nificant setback as the inflow of workers’ remittances from overseas Pakistanis through official channels dropped to a five-month low of $2 billion in July. This decline has raised concerns about Pakistan’s ability to sustain import payments and manage maturing foreign debt obligations. The State Bank of Pakistan (SBP) reported a 19% decrease in remittances, with the figure plunging to $2.03 billion in July, compared to the previous year’s $2.51 billion for the same period.

Additionally, the inflows were 7% lower than June 2023’s figure of $2.18 billion. This notable decline in remittances could potentially reverse the favourable current account balance achieved over the last four consecutive months, tipping it into deficit in July. Such a shift could trigger a series of challenges, including the need to curtail imports to around $4 billion per month.

This, in turn, might jeopardise the import-led economic growth, hinder the accumulation of foreign exchange reserves, and intensify the nation’s dependence on foreign debt. This precarious situation might also exert pressure on the rupee against the US dollar in both interbank and open markets. In discussions with The Express Tribune, the head of the remittances department at a leading bank pointed out that the availability of better foreign currency rates in the unofficial hawala-hundi market encouraged a portion of non-resident Pakistanis to opt for this unregulated channel to transfer funds to their families back home, as opposed to using official channels like banks and authorised exchange companies.

He highlighted that the decline in remittances was more pronounced from Middle Eastern countries, particularly Saudi Arabia and the United Arab Emirates (UAE), as opposed to Western countries including the US, UK, and various European nations. Explaining this disparity, he noted that Western nations tend to comply more rigorously with currency market regulations compared to Middle Eastern countries, where illicit currency market practices have been widespread. The expert further explained that domestic economic distortions, such as the need to control imports due to limited foreign exchange reserves and central bank interventions aimed at artificially stabilising the rupeedollar exchange rate, have inadvertently bolstered the illicit hawala-hundi market.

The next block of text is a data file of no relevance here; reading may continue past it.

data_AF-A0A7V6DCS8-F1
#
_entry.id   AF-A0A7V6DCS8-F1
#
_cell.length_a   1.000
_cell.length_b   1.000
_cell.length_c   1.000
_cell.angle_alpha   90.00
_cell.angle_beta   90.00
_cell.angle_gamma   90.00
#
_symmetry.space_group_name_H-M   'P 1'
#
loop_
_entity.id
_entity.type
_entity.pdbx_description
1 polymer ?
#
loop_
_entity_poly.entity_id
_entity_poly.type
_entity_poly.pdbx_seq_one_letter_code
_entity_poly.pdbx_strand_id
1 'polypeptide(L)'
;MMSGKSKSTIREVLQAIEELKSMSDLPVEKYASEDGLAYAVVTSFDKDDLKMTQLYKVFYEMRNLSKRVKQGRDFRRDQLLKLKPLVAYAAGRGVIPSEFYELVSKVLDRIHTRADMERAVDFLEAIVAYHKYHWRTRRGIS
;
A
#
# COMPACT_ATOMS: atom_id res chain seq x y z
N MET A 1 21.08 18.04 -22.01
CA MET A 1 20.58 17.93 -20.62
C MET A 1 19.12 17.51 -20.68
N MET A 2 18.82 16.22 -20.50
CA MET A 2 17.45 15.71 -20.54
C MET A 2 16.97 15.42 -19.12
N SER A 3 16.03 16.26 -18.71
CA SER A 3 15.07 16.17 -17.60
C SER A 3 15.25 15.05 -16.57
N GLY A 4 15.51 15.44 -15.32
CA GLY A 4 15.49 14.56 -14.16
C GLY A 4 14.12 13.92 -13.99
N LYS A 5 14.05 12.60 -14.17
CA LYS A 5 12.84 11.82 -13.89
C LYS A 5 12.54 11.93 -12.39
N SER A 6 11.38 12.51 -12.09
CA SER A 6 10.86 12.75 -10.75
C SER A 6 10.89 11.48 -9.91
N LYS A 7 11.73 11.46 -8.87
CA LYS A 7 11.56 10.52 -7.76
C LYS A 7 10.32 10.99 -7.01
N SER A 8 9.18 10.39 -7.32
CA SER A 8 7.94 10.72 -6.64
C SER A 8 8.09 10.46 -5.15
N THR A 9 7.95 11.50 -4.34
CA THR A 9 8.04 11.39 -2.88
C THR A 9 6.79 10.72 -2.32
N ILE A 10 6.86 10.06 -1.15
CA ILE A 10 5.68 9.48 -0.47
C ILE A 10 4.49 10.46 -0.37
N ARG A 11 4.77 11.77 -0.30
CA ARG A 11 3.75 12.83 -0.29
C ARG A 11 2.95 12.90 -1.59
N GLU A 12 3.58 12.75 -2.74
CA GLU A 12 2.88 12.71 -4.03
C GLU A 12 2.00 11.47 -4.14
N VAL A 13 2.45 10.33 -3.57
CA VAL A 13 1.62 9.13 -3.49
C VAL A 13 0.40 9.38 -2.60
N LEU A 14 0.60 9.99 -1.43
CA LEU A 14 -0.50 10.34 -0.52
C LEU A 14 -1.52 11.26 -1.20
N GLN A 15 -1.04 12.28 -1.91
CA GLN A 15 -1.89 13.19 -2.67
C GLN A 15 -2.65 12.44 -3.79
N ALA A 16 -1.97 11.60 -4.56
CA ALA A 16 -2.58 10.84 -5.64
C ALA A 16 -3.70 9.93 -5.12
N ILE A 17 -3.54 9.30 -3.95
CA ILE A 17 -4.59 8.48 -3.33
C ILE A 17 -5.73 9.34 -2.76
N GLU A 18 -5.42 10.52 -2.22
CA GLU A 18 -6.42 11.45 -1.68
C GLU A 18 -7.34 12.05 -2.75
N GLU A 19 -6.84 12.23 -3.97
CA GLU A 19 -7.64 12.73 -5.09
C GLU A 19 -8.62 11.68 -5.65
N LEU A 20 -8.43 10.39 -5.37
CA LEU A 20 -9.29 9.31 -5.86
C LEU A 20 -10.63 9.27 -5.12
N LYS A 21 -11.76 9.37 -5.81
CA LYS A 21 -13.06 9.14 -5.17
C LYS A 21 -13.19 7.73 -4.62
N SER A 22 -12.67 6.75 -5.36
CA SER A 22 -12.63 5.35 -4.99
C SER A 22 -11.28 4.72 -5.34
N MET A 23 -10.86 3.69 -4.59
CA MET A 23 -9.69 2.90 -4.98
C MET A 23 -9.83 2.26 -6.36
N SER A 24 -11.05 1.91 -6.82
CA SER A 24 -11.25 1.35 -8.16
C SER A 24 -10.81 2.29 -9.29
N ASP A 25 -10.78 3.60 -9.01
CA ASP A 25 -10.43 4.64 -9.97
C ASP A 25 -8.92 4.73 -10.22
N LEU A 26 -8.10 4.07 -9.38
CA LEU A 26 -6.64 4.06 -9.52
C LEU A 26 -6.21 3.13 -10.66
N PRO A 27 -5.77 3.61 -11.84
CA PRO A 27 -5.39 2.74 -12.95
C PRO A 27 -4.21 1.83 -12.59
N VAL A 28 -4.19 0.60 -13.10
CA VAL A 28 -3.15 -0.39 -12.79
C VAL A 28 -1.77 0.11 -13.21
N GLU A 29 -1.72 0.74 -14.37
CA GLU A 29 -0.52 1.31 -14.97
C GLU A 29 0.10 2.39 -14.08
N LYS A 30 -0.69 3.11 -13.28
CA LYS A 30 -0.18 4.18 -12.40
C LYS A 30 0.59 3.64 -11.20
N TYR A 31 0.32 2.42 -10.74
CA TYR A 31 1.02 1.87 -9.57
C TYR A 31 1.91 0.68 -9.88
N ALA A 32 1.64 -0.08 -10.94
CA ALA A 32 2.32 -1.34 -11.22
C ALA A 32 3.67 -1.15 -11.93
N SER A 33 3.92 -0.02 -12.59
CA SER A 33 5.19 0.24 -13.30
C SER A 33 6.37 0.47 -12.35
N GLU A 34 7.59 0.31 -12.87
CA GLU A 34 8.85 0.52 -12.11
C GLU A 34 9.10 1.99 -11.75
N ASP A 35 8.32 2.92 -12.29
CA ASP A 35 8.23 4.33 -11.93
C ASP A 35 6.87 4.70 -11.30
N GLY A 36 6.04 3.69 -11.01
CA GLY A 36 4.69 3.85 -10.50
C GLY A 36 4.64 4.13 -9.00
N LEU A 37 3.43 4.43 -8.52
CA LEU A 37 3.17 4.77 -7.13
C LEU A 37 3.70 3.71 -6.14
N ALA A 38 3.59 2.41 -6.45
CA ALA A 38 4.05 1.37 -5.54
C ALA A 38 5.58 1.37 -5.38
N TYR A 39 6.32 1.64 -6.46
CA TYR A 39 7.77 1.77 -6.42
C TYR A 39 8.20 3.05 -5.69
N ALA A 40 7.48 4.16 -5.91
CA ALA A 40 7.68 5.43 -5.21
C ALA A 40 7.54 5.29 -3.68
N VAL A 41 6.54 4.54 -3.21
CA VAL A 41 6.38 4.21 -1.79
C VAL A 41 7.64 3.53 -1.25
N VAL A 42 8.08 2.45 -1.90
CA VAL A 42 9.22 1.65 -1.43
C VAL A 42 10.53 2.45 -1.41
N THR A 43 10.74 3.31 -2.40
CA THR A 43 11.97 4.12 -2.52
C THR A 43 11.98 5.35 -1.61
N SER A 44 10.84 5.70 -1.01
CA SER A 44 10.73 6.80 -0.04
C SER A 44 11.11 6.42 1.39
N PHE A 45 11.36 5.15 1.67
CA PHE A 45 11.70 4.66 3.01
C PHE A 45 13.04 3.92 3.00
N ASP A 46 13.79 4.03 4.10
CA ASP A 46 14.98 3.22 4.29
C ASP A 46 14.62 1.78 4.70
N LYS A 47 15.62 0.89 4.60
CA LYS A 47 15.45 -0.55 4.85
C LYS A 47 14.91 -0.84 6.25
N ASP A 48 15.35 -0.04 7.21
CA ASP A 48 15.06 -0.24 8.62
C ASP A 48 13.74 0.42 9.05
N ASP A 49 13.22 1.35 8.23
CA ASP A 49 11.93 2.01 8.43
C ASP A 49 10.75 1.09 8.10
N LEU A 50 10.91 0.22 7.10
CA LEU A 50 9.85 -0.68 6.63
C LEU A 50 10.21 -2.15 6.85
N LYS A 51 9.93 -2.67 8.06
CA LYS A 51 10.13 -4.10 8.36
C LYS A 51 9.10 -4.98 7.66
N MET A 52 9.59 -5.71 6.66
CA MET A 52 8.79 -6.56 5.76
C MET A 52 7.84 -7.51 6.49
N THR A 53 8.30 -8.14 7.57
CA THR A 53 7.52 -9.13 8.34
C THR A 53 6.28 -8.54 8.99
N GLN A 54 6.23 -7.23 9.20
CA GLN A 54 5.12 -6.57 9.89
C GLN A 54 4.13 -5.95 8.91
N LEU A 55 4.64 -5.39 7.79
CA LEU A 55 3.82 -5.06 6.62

Reports indicate that illicit operators are paying a premium of Rs5-7 more to purchase each US dollar from overseas Pakistanis, and are charging local importers an additional Rs15-20 to settle foreign payments. While global inflation rates could be a contributing factor, leading expatriates to spend more abroad and remit less back home, the expert argued that inflation rates were higher in Western nations. This explains the relatively better remittance inflows from Western countries compared to the Middle East, where inflation hasn’t been a significant concern recently. Data from the SBP revealed a 16% drop in the inflow of workers’ remittances from Saudi Arabia, with the figure sliding to $487 million in July from $577 million during the same period last year.

Remittances from the UAE witnessed a steeper decline of 31%, reaching $315 million for July, compared to $456 million in the corresponding month of the previous year. Similarly, receipts from the UK decreased by 25% to $306 million, down from $409 million, while remittances from European countries dipped by 4%, amounting to $284 million compared to the previous year’s $294 million. Remittances from the US experienced a 4% drop as well, falling to $238 million from $248 million. Furthermore, remittances from other countries saw a substantial 25% decrease, settling at $398 million for July, compared to $527 million during the same month last year.

Dr Khaqan Najeeb, a former consultant at the Ministry of Finance, highlighted that the International Monetary Fund (IMF) projected workers’ remittances to total $32.9 billion for the entirety of fiscal year 2024, averaging $2.7 billion per month. However, July’s remittance figures fall significantly short of this projection, raising concerns about Pakistan’s ability to manage its twin trade and current account deficits using remittances as a major source of financing. Despite these challenges, the banking expert projected that remittances would likely remain near the levels of the previous fiscal year, amounting to approximately $27 billion in FY24.

The decline in remittance inflow may prompt Pakistan to borrow an additional $10-12 billion in FY24 to cover the current account deficit, which the central bank projected to remain within the range of 0.5% to 1.5% for the year.

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